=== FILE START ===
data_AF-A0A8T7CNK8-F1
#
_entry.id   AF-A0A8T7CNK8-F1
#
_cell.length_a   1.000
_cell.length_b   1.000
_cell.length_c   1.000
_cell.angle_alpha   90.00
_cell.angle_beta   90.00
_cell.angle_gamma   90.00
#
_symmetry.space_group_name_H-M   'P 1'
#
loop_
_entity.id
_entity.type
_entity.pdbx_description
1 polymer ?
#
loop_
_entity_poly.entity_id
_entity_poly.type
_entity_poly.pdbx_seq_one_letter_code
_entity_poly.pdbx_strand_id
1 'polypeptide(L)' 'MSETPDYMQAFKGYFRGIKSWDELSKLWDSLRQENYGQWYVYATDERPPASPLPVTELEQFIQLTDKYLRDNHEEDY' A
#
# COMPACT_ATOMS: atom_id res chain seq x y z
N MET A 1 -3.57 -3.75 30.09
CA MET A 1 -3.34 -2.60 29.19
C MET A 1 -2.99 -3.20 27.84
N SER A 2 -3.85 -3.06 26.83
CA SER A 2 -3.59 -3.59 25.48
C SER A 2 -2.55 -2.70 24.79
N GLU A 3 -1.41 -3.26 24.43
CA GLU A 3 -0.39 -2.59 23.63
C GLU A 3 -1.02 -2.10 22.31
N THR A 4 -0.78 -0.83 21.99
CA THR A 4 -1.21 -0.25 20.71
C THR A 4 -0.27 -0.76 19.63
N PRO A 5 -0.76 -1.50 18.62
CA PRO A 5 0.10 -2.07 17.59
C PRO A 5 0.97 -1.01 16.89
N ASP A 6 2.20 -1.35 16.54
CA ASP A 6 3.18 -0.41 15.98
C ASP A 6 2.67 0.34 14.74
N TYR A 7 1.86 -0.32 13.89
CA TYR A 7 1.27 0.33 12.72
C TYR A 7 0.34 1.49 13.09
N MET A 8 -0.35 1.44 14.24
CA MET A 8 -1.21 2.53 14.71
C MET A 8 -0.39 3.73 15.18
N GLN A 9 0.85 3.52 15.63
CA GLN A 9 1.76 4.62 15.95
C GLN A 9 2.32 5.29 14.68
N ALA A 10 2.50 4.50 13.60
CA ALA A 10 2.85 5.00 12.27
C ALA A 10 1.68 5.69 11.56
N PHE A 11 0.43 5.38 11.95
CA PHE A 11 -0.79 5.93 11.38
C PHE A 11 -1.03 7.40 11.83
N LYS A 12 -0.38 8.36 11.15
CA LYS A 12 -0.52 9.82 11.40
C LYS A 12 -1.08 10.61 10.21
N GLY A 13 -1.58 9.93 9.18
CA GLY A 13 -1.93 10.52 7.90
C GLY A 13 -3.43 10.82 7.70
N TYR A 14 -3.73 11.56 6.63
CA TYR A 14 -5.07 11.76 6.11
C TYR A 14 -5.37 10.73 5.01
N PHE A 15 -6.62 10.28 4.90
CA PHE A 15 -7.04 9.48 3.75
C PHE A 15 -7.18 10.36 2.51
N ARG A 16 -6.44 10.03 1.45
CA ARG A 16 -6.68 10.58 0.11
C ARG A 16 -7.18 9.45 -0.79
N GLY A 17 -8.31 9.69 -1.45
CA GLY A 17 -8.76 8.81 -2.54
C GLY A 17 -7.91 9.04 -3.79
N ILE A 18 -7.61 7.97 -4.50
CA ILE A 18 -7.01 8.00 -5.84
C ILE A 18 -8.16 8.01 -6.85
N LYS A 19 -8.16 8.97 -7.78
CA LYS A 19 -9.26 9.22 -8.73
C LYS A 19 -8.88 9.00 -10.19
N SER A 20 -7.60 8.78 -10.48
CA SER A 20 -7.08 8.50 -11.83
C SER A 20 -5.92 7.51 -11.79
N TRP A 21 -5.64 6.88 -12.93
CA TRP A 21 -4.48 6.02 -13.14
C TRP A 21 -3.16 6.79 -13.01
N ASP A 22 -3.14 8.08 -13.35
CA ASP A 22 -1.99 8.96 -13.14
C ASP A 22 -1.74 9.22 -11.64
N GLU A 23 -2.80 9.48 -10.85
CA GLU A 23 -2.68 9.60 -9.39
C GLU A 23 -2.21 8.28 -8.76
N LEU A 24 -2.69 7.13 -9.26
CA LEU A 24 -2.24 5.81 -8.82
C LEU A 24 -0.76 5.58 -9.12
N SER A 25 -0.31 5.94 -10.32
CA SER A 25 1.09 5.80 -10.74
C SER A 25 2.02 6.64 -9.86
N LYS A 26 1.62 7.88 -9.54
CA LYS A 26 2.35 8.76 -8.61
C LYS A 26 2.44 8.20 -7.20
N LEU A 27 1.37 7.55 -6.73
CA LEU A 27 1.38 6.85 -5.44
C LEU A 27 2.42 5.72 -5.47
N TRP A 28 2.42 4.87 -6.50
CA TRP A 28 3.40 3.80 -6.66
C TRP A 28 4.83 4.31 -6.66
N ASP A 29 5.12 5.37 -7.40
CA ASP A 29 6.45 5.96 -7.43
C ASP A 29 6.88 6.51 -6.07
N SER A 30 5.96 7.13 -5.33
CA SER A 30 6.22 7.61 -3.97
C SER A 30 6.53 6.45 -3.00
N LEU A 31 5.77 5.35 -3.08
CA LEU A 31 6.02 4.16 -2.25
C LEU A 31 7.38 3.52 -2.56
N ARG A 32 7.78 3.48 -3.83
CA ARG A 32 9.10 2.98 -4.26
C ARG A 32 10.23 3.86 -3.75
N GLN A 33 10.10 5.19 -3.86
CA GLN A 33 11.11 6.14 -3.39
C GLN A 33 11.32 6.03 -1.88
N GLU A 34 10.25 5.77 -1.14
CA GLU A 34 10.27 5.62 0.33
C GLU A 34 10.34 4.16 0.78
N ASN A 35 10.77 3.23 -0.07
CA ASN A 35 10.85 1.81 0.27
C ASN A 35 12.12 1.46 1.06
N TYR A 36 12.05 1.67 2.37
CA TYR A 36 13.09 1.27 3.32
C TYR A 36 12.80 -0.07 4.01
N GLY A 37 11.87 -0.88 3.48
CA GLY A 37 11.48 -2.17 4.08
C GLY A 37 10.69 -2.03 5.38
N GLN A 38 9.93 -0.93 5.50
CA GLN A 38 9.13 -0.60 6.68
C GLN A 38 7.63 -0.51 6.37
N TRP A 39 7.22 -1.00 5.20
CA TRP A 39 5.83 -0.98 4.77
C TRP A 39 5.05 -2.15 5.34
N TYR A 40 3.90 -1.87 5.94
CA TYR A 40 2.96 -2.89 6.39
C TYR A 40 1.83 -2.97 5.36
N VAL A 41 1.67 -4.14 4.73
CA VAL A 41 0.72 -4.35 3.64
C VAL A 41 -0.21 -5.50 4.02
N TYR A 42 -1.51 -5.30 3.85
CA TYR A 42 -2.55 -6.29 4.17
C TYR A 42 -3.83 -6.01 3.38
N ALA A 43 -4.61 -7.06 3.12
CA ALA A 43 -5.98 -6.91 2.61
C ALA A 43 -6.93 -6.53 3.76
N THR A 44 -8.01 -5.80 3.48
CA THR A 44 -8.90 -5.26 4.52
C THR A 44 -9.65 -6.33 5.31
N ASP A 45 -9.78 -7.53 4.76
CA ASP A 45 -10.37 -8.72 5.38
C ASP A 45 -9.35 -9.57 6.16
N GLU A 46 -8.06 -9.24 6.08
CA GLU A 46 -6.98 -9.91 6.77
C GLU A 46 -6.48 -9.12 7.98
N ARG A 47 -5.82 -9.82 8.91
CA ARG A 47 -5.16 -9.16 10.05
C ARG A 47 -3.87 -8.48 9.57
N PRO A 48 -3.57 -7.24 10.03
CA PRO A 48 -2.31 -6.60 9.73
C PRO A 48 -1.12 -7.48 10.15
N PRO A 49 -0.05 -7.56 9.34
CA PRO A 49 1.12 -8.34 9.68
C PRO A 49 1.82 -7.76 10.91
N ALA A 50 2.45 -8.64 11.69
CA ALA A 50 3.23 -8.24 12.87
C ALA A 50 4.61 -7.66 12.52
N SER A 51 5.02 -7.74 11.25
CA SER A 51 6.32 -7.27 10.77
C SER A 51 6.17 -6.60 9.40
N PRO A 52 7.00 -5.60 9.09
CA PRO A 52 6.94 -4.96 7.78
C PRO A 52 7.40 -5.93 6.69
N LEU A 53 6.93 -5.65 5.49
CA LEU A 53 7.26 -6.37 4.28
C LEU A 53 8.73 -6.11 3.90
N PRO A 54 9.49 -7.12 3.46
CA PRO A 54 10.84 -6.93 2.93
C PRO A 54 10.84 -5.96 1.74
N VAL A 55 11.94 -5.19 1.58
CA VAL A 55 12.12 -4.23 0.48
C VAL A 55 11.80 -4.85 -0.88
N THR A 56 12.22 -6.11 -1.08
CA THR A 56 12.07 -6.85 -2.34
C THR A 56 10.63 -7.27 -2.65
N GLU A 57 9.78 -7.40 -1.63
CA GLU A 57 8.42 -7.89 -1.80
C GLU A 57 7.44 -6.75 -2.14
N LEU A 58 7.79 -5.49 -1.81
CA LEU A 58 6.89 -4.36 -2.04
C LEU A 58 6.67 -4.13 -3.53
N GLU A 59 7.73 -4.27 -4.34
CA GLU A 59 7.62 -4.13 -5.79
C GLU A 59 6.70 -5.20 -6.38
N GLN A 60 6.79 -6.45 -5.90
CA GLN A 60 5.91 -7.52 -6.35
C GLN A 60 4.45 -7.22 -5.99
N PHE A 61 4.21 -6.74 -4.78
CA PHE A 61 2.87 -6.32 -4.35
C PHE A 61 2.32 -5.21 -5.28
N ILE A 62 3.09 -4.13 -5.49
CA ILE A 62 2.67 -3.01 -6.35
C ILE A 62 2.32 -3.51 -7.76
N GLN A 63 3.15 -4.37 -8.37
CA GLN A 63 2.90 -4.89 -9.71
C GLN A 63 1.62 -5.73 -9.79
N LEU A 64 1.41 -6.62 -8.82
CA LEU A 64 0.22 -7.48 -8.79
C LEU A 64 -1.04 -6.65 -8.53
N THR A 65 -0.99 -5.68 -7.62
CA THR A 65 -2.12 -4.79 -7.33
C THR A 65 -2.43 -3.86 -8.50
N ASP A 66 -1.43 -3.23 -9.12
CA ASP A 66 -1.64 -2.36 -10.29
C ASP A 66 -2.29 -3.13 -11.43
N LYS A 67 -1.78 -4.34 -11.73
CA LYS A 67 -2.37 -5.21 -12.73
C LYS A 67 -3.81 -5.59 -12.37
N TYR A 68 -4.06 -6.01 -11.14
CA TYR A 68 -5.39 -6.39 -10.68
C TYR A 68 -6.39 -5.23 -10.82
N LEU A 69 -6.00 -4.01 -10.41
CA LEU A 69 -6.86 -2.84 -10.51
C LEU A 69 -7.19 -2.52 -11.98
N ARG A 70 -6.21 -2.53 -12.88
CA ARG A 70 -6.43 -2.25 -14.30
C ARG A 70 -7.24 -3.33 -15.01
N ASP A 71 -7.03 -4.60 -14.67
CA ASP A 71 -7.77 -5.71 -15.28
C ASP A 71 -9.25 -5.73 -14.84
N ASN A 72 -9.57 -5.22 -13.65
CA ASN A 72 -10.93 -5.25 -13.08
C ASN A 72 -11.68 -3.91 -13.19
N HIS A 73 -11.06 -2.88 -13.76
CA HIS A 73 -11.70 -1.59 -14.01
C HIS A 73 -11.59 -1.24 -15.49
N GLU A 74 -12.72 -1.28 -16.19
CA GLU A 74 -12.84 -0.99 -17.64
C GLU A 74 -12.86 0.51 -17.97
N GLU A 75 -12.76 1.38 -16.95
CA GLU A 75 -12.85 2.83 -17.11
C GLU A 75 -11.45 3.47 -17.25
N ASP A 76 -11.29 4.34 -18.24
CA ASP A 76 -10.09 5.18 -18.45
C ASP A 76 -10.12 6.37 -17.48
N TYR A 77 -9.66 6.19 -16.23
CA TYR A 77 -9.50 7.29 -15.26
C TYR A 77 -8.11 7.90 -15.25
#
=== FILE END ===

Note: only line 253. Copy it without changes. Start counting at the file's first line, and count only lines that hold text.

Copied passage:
N ASP A 76 -11.29 4.34 -18.24